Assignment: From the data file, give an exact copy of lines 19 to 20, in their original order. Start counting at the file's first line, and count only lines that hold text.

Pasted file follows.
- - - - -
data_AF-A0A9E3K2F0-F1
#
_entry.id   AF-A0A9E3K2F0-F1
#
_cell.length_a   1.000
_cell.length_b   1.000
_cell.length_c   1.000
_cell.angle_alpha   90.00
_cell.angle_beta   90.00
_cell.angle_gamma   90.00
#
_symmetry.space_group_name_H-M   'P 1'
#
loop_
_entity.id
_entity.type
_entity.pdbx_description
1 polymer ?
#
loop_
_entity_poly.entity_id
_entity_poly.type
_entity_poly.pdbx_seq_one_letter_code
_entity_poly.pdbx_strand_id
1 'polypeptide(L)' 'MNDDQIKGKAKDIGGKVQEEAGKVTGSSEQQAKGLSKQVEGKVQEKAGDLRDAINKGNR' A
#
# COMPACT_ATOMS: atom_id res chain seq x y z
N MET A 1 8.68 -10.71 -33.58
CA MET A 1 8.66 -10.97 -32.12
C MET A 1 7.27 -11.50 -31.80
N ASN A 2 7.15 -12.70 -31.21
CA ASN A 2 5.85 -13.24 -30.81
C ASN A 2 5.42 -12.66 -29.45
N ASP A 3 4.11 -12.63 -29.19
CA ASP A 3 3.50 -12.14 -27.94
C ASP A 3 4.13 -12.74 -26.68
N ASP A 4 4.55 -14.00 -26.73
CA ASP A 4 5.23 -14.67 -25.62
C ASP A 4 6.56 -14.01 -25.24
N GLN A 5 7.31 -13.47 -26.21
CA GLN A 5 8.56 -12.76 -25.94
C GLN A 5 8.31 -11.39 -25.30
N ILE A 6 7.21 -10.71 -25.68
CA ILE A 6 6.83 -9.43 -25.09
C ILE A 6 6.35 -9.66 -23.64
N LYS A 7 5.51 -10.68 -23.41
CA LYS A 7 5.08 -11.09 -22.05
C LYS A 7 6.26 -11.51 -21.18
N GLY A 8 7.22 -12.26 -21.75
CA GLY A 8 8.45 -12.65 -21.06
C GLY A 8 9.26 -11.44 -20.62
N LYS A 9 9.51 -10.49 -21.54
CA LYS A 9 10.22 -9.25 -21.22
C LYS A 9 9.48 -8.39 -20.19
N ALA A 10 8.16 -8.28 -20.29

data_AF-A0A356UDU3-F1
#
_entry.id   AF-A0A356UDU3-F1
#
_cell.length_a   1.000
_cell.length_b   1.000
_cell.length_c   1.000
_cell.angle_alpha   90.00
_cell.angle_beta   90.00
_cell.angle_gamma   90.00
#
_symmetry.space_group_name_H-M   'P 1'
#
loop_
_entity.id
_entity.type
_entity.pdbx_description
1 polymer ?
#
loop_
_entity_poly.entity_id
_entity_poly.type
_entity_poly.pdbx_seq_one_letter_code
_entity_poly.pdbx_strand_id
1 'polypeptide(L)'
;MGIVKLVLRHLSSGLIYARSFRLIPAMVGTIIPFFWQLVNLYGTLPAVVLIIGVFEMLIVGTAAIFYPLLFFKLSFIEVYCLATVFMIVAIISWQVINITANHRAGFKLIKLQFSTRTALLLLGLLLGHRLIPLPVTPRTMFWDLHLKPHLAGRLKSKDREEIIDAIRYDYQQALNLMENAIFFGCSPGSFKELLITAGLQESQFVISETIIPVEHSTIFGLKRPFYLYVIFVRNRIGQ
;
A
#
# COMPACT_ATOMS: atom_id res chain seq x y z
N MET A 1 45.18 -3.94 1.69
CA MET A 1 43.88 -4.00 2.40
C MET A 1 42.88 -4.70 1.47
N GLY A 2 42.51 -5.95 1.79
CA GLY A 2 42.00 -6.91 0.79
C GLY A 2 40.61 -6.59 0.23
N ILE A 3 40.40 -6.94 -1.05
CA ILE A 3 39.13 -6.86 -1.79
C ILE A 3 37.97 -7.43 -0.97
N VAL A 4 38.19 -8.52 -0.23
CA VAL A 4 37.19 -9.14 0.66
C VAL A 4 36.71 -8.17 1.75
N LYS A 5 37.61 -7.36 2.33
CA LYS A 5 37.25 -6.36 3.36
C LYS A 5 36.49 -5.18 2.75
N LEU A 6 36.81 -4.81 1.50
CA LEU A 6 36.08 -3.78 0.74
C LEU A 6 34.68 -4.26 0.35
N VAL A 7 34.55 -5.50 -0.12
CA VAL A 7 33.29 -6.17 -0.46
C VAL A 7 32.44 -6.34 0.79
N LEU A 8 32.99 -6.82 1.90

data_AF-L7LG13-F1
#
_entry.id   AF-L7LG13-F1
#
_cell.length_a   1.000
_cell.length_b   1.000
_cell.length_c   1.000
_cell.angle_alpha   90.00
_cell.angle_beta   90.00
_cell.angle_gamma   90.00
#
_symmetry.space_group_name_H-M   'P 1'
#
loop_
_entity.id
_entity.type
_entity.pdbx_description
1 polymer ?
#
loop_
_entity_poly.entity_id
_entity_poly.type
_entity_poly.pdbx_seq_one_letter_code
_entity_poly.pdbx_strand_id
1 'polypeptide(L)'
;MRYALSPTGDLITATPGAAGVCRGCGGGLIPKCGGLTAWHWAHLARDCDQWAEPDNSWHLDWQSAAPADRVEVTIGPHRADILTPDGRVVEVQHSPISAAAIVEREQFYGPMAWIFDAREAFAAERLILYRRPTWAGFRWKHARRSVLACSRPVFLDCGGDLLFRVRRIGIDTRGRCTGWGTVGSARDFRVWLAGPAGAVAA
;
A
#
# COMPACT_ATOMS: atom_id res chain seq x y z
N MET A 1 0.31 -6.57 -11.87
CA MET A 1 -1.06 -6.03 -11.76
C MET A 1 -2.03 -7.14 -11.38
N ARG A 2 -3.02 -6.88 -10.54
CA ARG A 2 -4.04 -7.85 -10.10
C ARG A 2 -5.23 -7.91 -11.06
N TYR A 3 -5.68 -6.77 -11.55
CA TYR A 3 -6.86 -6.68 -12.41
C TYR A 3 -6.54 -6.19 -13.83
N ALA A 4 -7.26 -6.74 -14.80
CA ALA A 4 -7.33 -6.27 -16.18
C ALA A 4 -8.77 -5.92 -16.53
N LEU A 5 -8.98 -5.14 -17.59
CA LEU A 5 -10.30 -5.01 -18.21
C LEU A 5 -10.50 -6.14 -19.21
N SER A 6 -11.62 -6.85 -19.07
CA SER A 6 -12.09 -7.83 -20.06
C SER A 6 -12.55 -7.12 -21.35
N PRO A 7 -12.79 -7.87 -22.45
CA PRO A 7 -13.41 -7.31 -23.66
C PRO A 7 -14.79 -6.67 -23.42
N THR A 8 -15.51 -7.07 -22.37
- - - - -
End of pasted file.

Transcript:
#
loop_